Four of the most gloriously-voiced actor-singers in town, clever musical staging by the Ovation-winning Janet Miller, over two-dozen of Richard Maltby, Jr. and David Shire’s most melodious and insightfully worded songs, and a superbly played 9.5-foot-long concert grand add up to a thoroughly captivating Closer Than Ever at Burbank’s Hollywood Piano. Lighting may be rudimentary, the set may consist simply of a red velvet curtain, four stools, and said piano, and the folding-chair seating as back-challengingly uncomfy as it gets, but oh the performances! Oh the songs!
Unrequited love (“She Loves Me Not”), obsessive love (“What Am I Doin’?”), extramarital love (“One Of The Good Guys”), love in the afternoon (“Miss Byrd”), star-crossed love (“There”), love the second time around (“Another Wedding Song”), and sexual love (“Back On Base”)—love and life is what Maltby & Shire’s 1989 off-Broadway revue is all about, with not a second of spoken dialog to interrupt music and lyrics.
Those in the mood for the comedic will relish “You Want To Be My Friend” (a woman’s outraged response when the man she likes expresses a desire to just be friends), “The Bear, The Tiger, The Hamster, And The Mole” (a discussion of sex among the species), and “Dating Again” (an anthem about our national obsession with finding Mr. or Ms. Right).
Those in search of the introspective will relish “Life Story” (a woman’s reflections on the effects of her divorce), “Patterns” (a look back at paths taken and not taken), “If I Sing,” (a son’s loving expression of debt to his father), “I’ve Been Here Before” (a woman’s recollections of one bad romantic choice after another), and “The March Of Time” (the entire cast’s musings on aging).
Contemporary topics are also spotlighted—the changing roles of men and women in “Three Friends,” couples balancing marriage and children in “Fandago,” and adult children caring for aging parents in “Fathers Of Fathers.”
There’s even a teensy bit of gay-inclusiveness in “She Loves Me Not,” which features a woman and two men singing about their unrequited loves, one of the men joining the woman in singing “He loves me not.”
Performers don’t come any more gifted than Gabriel Kalomas, Sara J. Stuckey, Jessie Withers, and David Zack, and each gets his or her own moment to shine in solos, duets, trios, and full-cast quartets.
The evening’s brightest highlights include the amusing “What Am I Doing?” which has Zack balancing precariously “up on the roof and out in the rain” and poised to jump. Stuckey rages against a not-so likely lover in “You Want To Be My Friend,” while Kalomas and Withers’ “Fandango” features a couple of young marrieds juggling work and (quite literally) baby-raising demands.
A bespectacled Withers lectures deliciously on animal (and human) species in “The Bear, The Tiger, The Hamster, and The Mole,” after which Stuckey delights as outwardly straight-laced realtor “Miss Byrd,” who’s just returned from a secret lunchtime sex romp.
Still, it’s Closer Than Ever’s more introspective numbers that pack the most powerful punch and allow all four performers’ vocal artistry to dazzle. Stuckey and Zack are a couple celebrating love the second time around in “Another Wedding Song,” Withers solos a sublime “Patterns,” Stuckey does the same in “Life Story,” and the duo blend sopranos quite exquisitely indeed in “It’s Never That Easy” and “I’ve Been Here Before,” performed individually and then in counterpoint.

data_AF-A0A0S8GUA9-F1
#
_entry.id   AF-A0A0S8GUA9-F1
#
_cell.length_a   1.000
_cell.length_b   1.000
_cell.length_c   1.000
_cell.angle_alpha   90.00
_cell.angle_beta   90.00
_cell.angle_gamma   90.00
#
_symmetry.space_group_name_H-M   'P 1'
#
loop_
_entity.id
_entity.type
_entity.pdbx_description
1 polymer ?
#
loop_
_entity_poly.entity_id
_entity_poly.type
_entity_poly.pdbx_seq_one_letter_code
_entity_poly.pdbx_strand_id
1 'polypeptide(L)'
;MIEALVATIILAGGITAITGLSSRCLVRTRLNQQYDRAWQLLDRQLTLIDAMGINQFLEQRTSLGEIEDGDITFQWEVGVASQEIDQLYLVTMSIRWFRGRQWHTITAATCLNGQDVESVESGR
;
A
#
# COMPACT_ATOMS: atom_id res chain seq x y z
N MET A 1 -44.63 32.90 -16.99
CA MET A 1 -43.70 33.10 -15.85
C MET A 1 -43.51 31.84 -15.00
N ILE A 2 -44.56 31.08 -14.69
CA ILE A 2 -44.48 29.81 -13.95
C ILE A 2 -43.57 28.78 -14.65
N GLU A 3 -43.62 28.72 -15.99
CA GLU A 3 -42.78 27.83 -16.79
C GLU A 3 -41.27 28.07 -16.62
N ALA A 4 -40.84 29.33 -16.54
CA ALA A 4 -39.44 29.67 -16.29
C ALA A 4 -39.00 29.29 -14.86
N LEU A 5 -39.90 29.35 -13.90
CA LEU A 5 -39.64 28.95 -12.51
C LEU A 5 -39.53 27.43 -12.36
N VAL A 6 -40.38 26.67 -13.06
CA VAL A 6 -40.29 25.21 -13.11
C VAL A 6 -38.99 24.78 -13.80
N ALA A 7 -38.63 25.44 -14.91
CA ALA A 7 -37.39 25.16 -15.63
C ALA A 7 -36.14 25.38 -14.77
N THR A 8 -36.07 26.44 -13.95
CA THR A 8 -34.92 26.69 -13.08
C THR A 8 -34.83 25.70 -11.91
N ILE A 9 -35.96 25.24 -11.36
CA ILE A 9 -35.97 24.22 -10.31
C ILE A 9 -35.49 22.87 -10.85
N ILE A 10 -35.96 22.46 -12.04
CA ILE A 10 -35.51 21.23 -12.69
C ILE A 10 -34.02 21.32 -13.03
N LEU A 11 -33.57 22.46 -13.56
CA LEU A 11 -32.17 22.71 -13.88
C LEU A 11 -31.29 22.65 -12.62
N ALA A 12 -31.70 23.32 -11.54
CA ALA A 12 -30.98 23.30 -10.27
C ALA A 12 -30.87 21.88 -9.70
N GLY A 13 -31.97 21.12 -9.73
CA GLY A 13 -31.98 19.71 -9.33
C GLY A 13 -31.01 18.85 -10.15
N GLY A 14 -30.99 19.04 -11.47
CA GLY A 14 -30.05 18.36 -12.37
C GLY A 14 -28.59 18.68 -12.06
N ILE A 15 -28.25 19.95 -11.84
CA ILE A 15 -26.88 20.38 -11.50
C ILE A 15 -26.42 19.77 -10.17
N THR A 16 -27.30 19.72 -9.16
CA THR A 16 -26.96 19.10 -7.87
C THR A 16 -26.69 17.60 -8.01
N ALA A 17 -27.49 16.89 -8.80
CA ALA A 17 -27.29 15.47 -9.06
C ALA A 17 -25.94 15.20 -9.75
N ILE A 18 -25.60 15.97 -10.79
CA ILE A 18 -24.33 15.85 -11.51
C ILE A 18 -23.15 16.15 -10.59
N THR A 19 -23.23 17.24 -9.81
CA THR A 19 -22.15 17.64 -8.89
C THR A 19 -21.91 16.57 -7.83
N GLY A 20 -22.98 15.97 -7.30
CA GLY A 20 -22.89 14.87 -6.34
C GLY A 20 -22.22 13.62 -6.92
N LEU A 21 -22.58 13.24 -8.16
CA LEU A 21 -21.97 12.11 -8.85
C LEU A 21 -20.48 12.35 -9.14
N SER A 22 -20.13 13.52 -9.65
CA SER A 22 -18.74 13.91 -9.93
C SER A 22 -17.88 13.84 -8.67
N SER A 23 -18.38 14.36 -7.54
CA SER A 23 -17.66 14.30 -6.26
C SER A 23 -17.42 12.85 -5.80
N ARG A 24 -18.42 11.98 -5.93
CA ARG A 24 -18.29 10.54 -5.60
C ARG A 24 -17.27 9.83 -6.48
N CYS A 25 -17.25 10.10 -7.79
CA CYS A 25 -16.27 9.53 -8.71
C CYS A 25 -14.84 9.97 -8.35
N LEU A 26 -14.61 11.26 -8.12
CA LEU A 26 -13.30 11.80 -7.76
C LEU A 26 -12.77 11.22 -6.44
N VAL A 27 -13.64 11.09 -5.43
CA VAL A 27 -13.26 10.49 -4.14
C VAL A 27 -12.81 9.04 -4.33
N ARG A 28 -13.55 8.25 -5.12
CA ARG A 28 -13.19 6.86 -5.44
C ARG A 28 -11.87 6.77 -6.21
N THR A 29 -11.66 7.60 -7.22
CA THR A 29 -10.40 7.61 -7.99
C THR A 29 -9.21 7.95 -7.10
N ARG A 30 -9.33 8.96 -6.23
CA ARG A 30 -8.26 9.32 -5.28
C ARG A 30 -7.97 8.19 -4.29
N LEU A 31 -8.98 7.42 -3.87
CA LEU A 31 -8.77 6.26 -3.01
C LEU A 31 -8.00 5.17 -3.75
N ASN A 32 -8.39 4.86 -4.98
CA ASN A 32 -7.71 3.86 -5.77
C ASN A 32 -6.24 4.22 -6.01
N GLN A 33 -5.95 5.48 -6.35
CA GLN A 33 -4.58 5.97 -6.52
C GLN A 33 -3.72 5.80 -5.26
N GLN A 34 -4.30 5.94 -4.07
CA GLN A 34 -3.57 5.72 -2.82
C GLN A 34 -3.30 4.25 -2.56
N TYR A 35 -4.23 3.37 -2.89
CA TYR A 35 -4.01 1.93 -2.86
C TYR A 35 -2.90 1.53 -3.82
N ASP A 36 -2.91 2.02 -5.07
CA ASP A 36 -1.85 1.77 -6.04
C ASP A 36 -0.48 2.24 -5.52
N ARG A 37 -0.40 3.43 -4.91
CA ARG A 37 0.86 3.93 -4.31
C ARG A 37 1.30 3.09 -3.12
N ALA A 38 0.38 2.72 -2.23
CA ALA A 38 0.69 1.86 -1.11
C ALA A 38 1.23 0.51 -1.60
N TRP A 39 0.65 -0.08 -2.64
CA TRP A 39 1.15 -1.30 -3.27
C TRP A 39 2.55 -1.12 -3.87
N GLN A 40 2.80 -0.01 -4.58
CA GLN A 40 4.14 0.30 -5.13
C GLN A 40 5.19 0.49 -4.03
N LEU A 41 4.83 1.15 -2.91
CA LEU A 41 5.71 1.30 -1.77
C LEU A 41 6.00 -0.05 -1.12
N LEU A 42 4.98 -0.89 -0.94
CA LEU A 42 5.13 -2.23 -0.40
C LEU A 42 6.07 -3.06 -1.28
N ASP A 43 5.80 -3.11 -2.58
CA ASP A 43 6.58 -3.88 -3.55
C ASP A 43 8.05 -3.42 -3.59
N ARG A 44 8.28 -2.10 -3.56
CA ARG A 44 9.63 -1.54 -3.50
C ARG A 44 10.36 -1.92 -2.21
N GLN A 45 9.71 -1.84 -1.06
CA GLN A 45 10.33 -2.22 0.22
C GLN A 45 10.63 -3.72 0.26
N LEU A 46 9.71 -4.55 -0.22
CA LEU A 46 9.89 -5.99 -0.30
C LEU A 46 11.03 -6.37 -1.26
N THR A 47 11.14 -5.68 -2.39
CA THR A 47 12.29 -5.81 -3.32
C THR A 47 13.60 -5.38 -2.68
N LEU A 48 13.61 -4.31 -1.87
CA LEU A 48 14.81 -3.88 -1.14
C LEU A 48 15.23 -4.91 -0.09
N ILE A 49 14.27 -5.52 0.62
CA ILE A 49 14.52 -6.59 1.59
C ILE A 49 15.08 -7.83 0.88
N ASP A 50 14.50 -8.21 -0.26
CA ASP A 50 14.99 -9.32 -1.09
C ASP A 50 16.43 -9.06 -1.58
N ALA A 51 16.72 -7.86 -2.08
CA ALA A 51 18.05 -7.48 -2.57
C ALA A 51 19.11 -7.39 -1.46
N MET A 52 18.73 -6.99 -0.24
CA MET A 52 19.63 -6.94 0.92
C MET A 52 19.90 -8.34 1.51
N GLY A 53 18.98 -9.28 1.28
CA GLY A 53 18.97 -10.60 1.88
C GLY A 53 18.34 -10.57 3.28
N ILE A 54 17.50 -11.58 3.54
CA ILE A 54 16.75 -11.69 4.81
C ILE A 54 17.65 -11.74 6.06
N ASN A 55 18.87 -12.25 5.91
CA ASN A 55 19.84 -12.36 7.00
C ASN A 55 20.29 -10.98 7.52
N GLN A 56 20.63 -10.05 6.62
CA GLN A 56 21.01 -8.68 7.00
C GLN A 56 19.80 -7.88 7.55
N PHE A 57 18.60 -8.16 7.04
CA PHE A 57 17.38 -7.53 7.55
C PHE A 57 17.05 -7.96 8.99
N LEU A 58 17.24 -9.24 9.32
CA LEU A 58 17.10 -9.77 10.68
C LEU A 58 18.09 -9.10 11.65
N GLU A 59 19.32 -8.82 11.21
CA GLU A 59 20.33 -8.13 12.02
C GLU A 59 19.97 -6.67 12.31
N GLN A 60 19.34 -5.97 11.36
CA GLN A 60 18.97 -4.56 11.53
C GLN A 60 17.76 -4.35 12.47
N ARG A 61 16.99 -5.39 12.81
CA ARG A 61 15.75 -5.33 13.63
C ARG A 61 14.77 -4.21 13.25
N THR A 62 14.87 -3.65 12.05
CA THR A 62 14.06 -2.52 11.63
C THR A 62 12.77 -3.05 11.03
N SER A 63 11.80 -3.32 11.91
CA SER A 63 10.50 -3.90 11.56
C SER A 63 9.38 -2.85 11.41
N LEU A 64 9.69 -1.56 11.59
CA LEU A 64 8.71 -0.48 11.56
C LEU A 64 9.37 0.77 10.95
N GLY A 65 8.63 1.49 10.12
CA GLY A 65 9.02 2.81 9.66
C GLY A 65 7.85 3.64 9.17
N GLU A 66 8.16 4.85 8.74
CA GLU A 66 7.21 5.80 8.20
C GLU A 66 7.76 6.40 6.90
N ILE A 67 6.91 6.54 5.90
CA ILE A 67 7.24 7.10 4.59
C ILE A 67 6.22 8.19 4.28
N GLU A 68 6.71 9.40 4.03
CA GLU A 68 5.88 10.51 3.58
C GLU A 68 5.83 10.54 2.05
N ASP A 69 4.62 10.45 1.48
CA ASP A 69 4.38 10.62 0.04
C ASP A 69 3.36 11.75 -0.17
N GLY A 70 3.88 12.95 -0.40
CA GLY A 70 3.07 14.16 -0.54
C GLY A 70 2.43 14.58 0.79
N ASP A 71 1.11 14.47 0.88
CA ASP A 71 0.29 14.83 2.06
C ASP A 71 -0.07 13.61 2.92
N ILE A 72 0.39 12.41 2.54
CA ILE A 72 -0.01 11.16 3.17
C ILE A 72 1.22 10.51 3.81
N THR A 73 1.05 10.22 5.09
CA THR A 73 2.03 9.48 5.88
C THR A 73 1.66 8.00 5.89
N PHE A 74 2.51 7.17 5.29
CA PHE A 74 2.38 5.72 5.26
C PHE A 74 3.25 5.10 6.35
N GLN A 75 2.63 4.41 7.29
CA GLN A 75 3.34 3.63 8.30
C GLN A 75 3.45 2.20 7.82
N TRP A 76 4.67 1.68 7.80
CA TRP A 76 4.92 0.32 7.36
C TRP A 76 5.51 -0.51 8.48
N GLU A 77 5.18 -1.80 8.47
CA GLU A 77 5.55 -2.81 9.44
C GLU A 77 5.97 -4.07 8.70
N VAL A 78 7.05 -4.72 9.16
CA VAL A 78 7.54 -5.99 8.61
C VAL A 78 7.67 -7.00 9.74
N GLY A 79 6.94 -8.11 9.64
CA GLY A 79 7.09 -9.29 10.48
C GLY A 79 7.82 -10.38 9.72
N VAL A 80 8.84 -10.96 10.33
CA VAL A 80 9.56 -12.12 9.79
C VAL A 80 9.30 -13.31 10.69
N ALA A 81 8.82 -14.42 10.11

Tenors don’t get any more tenor-rific than Kalomas’s in “I’ll Get Up Tomorrow Morning” or Zack’s in “One Of The Good Guys,” and having musical director-accompanist Corey Hirsch vocal solo “If I Sing,” a pianist son’s eulogy to an adored father, is a stroke of divine directorial inspiration. Later, when all three men blend voices to sing about three generations of fathers in “Fathers Of Fathers,” the effect is simply sublime.
As for full cast harmony, it doesn’t get more stunning than in the opening number “Doors,” the Act One closer “I Wouldn’t Go Back,” and the gorgeous title tune which ends the evening on an emotional, inspiring note.
Joining the supremely gifted Hirsch throughout the evening is bassist Brenton Kossak, who gets his own centerstage instrumental solo opposite vocalist Stuckey in the jazzy, sexy “Back On Bass.” (Jordan Lamoureux plays bass at certain performances.)
Costume designers Kathy Gillespie and Barbara Weisel give each performer a single, casual-chic outfit to wear.
Closer Than Ever is the latest 99-seat plan production from producer-director Janet Miller’s Good People Theater Company (in partnership this time with Hollywood Piano), and three of its four cast members appear courtesy of the currently endangered plan. Though the company’s usual Hollywood digs at the Lillian would have provided considerably more comfortable seating and professional lighting, there would likely not have been a nearly ten-foot long concert grand centerstage.
Rebecca Schroeder is stage manager.
A revue that inspires its audience to reflect on their own lives while providing musical entertainment in equal measure, Closer Than Ever may be celebrating its twenty-sixth birthday, but at Hollywood Piano it is Fresher Than Ever.
Hollywood Piano, 323 N Front St, Burbank.
February 28, 2015
Photos: Rich Clark